Jukka TakalaPresident, International Commission on Occupational Health, ICOH
Adjunct Professor, Tampere University, Finland
President, International Commission on Occupational Health, ICOH
Doctorate of Science, DSc
Licentiate of Science
Master of Science,
Private metalworking factory, designer, Finland (FIN) 1969-1970
Helsinki University of Technology, Assistant Lecturer, FIN, 1970-73,
Ministry of Social Affairs & Health, FIN, inspector, Chief of Bureau, 1973-78 and Deputy Head of Department, 1981-1983,
International Labour Organisation, Chief Technical Adviser, Kenya 1978-81, Thailand 1983-1986, Chief of OSH Information Centre, CIS, Geneva 1986-1996, Chief of Safety and Health Branch, Geneva 1996-1999, Director of ILO Global SafeWork Programme, Geneva 1999-2006,
European Agency for Safety and Health at Work, EU-OSHA, Director 2006-11
Workplace Safety and Health Institute, Ministry of Manpower, Singapore, Founding Executive Director and later Senior Consultant, 2011-18
Adjunct Professor, Tampere University, Health Sciences,FIN, 2018-
Commander of the Most Noble Order of the King of Thailand, 1986
Honorary Fellow of the Faculty of Occupational Medicine, Royal College of Physicians, Ireland, 2017,
Dr. Irvin Selikoff Lifetime Achievement Award, 2018, ADAO, United States of America
Work-related Non-communicable and Communicable Diseases and Injuries in Asia and Globally
Over the years, developed countries have done well to reduce occupational injuries caused by accidents despite having an increasingly complex environment. Work-related diseases are more complicated to measure as no global statistics are available. However, ILO Estimates over the years show an increasing trend. Globally, when populations in various regions gradually extend their life expectancy, and work-life expectancy, many of the short-term workplace problems will be gradually reduced. Poverty reduction cuts back short-term consequences but these are replaced by more long term and long latency diseases and disorders. This can be seen easily in emerging economies such as those in Asia, South East Asia and Western Pacific Regions.
Materials and Methods
Review of employment figures, mortality rates, occupational burden of diseases and injuries, reported accidents, surveys on self-reported occupational illnesses and injuries, attributable fractions and economic cost estimates of work related injuries and ill-health, published scientific papers, documents, and electronic data sources of international, regional and national organizations, in particular ILO, WHO, and of related national institutions, agencies, and public websites.
New and Emerging Data and Knowledge
Globally, the ILO has estimated that 2.78 million workers die annually from causes related to work. Of these work-related diseases account for 2.4 million (86.3%) of the deaths and 380,000 deaths (13.7%) from occupational accidents . In addition, some 374 million non-fatal accidents take place, and 123 million Disability Adjusted Life Years, DALYs are lost due to work-related injuries, diseases and disorders annually. The work-related mortality in Taiwan follows roughly the pattern of countries in Western Pacific while due to different level of development and exposures in selected disease groups result in lower death numbers. For example, the level of deaths of injuries caused by occupational accidents in Western Pacific Region (WHO classification) including China is clearly higher than in Taiwan. According to the Institute of Health Metrics and Evaluation Global Burden of Disease and Injury, GBD 2019 the occupational particulates caused some 970 fatal cases in Taiwan (https://vizhub.healthdata.org/gbd-compare/) while asbestos toll was 395. Injury numbers were 501 deaths by GBD 2019 and according to ILO 2017 it was 835 deaths . The number of work-related communicable diseases and deaths is low, and no work-related Covid-19 death cases were expected in 2020. The overall picture is the same as in the whole Western Pacific Region and globally: occupational injuries cause a small fraction of all work-related deaths. This rate goes gradually down when the economies are progressing from 13.7% globally to y 2.4% in the High Income Economies (World Bank Region).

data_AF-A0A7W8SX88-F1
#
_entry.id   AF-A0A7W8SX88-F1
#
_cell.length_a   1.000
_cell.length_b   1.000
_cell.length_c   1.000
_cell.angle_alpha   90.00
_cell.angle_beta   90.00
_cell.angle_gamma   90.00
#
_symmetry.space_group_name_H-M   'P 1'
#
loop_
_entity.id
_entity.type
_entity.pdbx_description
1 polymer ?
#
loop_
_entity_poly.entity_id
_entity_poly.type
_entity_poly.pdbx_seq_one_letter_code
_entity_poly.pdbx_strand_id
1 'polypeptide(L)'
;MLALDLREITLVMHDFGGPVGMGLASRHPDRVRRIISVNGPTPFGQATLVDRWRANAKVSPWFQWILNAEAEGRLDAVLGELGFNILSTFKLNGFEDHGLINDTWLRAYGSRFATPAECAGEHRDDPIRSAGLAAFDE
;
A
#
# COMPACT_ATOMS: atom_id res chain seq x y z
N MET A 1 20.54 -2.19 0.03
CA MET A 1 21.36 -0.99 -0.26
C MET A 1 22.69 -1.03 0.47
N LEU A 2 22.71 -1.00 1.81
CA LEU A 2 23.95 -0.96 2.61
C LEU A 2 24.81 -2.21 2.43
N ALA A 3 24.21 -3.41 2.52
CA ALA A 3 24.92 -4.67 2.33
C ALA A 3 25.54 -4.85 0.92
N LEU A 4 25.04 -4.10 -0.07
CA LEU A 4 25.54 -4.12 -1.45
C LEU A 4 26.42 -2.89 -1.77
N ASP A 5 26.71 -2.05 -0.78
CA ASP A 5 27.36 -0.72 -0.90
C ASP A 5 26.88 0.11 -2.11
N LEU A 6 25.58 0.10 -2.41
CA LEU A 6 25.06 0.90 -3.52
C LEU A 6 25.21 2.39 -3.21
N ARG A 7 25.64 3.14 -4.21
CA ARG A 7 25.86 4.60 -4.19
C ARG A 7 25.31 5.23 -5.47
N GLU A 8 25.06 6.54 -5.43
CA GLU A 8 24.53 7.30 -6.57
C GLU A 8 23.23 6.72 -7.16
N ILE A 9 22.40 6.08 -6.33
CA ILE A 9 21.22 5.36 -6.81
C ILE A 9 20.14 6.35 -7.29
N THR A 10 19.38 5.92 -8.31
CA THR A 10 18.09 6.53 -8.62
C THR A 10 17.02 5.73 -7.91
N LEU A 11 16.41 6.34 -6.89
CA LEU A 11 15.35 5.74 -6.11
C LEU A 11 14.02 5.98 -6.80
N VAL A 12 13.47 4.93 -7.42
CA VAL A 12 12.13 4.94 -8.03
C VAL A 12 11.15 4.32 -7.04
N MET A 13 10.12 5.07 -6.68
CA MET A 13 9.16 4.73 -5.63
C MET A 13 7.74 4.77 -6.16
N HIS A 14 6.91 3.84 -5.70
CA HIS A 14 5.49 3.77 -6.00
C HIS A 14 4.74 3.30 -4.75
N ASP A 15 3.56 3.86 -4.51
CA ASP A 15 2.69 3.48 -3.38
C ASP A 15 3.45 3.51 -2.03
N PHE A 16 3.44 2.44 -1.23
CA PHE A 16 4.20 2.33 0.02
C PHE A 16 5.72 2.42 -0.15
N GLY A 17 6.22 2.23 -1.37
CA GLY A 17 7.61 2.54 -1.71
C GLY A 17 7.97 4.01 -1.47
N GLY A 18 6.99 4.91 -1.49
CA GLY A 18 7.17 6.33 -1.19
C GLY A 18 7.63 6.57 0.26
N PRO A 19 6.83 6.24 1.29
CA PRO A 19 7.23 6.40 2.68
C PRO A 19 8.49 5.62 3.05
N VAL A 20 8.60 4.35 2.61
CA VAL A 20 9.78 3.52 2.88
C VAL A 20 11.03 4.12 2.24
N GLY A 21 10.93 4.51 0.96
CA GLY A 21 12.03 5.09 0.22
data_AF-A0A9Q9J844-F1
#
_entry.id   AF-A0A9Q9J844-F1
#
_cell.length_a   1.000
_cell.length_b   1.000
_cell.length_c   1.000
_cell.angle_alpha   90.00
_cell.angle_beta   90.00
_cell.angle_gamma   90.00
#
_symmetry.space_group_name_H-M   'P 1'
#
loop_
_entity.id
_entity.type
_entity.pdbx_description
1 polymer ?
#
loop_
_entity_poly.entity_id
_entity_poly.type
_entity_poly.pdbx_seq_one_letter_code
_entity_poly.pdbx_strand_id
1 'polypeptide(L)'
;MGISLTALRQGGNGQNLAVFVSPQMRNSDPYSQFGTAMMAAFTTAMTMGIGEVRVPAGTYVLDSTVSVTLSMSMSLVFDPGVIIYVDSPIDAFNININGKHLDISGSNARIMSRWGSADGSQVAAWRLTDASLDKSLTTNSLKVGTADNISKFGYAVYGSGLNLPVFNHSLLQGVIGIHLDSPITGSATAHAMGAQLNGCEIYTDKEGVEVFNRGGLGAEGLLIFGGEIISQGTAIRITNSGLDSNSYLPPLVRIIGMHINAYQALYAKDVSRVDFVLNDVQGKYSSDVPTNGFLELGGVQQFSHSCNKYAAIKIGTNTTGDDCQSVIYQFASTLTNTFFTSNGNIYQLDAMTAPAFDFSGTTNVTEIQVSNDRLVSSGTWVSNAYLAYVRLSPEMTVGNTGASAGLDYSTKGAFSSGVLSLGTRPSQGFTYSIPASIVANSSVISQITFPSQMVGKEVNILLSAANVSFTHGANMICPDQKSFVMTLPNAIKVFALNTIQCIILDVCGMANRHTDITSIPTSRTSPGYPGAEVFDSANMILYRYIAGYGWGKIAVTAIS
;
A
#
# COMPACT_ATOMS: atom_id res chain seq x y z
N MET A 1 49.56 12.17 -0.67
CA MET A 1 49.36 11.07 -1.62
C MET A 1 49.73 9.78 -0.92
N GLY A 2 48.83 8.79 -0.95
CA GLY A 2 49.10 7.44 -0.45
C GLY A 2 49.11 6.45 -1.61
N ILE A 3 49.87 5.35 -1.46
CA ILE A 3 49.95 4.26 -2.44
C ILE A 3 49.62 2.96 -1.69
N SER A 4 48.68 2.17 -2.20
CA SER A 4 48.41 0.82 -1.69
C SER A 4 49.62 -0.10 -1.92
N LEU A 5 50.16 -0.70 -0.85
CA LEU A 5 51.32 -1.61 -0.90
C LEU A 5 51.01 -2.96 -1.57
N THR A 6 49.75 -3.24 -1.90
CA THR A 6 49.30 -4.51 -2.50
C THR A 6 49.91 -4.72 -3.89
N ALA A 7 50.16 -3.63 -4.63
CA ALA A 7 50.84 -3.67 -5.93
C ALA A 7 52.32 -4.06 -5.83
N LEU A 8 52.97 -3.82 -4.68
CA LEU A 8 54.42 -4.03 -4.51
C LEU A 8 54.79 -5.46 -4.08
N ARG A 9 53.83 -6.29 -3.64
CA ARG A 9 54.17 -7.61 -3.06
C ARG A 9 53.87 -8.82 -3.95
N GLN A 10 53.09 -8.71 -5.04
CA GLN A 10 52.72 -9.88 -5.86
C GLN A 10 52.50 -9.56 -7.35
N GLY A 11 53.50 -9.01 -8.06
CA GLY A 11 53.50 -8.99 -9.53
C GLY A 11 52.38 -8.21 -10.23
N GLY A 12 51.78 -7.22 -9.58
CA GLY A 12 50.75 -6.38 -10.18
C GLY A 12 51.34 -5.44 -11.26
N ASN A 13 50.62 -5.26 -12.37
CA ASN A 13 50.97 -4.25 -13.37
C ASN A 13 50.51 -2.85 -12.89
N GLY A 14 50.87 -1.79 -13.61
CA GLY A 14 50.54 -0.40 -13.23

However, death rates only is not a sufficient indicator. Work-related disabilities and disorders as measured by DALYs provide a more comprehensive picture. Mental health caused by psychosocial factors at work and musculoskeletal disorders have a major impact on the economic costs of missing protective measures at work amounting to 3.9% loss of global Gross Domestic Product when only looking the tangible and production losses.
1 ILO Director General Guy Ryder, ILO/ISSA Congress in Singapore 2017, https://www.ilo.org/global/about-the-ilo/how-the-ilo-works/ilo-director-general/statements-and-speeches/WCMS_639102/lang--en/index.htm
2 This is an estimate based on average Western Pacific Region data.